Saturday 31 July 2010

The state of the European Union: EU-27 Watch No 9 published

Actually, EU-27 Watch offers more than it promises. Despite its name, the Internet platform compiles materials on European policy debates in 31 countries, as reported by researchers from national research institutes (think tanks): 27 EU member states as well as the four candidate countries for accession, Croatia, Turkey, Macedonia and Iceland.

The EU-27 Watch No 9 now published is an important overview of the European Union as seen from national capitals through expert eyes.

Under the Current Issue, the Introduction by Katrin Böttger and Julian Plottka provides an excellent summary of European Union events and opinions during the latest six months: The EU in 2010 – between excitement over the Lisbon Treaty and anxieties about the financial and economic crisis.

Alternatively, you can access the pdf version of the EU-27 Watch No 9 Introduction (and the Questionnaire) as a pdf file. The main policy areas covered are:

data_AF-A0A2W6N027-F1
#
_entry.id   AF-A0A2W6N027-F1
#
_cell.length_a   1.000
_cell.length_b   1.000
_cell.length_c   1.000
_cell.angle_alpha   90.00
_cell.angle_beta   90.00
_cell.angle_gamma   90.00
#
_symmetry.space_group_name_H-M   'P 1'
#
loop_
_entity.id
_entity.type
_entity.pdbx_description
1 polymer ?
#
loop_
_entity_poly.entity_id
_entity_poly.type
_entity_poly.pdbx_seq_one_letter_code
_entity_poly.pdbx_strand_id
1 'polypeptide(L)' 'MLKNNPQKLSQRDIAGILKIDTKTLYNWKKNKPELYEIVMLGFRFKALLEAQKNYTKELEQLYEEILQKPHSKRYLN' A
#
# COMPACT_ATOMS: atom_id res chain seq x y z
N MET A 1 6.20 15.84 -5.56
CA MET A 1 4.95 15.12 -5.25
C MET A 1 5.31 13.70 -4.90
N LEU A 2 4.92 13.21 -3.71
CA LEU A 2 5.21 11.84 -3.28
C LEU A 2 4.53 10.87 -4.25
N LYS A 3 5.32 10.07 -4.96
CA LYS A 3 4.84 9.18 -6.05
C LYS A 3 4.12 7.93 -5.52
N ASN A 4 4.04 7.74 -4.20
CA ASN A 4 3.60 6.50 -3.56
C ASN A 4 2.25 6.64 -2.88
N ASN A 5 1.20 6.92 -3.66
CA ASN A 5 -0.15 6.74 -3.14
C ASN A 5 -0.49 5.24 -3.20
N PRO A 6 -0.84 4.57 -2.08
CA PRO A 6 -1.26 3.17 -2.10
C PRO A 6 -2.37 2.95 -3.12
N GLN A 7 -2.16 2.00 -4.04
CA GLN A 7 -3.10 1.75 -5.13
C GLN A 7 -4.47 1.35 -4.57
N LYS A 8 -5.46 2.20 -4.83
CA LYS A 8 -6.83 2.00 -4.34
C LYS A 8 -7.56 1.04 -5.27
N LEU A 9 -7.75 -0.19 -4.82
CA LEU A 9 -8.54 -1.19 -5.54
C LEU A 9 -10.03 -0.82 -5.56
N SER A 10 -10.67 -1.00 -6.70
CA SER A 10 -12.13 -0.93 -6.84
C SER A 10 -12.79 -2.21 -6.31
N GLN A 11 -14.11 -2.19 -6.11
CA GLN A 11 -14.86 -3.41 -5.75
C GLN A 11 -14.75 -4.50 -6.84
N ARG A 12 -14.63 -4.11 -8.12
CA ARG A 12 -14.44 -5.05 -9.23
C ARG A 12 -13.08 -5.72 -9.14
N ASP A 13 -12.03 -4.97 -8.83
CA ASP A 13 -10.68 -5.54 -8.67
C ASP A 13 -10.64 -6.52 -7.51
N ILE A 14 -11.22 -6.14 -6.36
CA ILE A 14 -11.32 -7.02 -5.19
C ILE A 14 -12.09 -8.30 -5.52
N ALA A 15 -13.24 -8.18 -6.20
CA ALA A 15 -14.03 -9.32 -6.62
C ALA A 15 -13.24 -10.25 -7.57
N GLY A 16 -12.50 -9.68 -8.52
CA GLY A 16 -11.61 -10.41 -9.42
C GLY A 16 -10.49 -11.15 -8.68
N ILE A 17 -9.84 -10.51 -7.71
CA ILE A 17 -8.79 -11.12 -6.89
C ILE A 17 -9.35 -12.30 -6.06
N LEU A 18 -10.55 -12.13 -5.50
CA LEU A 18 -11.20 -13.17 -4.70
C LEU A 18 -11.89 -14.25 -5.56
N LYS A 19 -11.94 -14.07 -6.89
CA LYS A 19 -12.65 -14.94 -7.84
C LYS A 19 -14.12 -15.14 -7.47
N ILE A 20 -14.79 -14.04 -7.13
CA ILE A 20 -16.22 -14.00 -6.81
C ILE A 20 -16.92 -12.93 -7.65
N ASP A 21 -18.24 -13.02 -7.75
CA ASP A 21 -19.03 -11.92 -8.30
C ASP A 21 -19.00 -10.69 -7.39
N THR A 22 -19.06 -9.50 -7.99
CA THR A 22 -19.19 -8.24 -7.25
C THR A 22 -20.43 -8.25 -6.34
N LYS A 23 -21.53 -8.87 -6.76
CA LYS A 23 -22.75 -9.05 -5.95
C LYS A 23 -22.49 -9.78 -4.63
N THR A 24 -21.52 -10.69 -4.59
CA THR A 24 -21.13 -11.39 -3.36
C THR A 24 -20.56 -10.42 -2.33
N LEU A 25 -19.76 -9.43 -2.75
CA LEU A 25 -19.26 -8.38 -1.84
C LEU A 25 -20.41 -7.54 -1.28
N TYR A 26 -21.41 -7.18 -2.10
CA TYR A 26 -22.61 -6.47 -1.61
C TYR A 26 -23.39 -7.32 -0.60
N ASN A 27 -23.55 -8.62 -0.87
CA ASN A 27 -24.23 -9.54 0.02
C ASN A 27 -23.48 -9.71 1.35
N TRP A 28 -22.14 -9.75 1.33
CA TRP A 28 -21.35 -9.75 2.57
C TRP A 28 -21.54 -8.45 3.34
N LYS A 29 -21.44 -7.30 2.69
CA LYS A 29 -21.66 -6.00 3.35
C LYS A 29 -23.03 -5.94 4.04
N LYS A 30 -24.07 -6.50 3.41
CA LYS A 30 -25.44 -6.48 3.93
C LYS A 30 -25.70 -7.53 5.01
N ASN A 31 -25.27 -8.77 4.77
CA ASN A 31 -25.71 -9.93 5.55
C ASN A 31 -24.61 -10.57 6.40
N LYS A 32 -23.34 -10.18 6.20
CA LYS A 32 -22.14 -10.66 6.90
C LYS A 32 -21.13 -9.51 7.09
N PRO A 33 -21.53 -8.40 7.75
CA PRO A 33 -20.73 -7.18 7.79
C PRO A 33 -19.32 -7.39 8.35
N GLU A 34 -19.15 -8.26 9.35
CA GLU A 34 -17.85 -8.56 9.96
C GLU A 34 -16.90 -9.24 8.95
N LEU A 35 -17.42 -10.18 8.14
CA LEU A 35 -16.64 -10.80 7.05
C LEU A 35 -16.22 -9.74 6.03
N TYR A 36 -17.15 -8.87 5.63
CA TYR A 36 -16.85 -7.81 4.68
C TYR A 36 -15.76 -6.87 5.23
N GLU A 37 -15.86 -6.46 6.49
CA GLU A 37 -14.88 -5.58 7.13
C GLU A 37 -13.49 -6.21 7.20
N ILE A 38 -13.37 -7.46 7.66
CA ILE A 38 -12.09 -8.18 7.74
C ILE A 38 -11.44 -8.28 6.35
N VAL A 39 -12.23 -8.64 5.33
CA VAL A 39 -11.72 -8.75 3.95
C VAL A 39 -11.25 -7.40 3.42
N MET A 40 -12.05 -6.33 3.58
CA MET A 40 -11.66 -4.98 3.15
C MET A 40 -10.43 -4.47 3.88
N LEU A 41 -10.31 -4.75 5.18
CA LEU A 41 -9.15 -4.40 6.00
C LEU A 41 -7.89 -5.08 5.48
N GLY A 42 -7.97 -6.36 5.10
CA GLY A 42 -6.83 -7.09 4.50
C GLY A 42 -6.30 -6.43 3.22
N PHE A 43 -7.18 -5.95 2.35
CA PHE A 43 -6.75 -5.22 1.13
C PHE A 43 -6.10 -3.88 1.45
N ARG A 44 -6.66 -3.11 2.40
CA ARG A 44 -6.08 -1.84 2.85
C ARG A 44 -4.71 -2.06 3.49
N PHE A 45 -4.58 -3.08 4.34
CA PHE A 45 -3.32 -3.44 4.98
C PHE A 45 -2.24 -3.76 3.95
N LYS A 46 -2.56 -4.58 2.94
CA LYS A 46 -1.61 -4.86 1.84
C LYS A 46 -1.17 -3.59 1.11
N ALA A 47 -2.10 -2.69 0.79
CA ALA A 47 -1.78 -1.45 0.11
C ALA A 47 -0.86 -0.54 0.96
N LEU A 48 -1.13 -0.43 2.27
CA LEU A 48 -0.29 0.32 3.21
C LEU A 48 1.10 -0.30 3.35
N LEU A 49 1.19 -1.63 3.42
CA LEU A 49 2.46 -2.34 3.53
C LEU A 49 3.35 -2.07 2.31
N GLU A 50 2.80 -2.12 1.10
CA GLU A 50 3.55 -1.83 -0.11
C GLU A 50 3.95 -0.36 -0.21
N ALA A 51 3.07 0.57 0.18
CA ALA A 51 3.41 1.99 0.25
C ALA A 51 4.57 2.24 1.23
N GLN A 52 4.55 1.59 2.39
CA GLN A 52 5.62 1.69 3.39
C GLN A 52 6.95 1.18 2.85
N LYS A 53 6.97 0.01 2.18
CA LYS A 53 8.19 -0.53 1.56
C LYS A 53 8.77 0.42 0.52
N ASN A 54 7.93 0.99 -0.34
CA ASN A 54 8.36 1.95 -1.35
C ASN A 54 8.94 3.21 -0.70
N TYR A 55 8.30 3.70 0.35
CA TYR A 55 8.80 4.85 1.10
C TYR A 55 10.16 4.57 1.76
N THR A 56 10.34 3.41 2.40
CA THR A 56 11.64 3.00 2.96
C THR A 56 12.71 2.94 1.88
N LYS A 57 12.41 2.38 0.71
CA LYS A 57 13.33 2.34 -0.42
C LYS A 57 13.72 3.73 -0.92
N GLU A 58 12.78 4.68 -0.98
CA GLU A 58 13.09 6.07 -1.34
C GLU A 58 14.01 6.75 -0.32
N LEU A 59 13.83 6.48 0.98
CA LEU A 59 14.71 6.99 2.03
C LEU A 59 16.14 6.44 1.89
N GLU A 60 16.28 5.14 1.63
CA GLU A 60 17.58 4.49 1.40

• Implementation of the Lisbon Treaty;
• Enlargement and Neighbourhood Policy;
• European economic policy and the financial and economic crisis;
• Climate and energy policy; and
• Other current issues and discourses in the reporting countries.

Economic policy

Note that EU economic policies and the financial and economic crises are discussed extensively, not only in the dedicated chapter, but in the own-initiative chapter on domestic debates as well (Other current issues). The economy is the central issue right now, even if the remedies to apply are far from clear at this stage.

Countries and policy areas

There are now two ways to approach the new EU-27 report. You can read the country sections on the various policy debates, or you can peruse the policies you are interested in sorted into country contributions.

One thing I missed from the old EU-27 reports was the convenient possibility to access or download the whole publication as one file, at one go.

Ralf Grahn

P.S. It is easier to understand a language than to use it correctly, and as Eurobloggers we should promote interaction among Europeans. Grahnlaw has adopted a multilingual comment policy:

I do my best to read comments in Danish, Dutch, English, Finnish, French, German, Italian, Norwegian, Portuguese, Spanish or Swedish, even if the Grahnlaw blog and my possible replies are in English.

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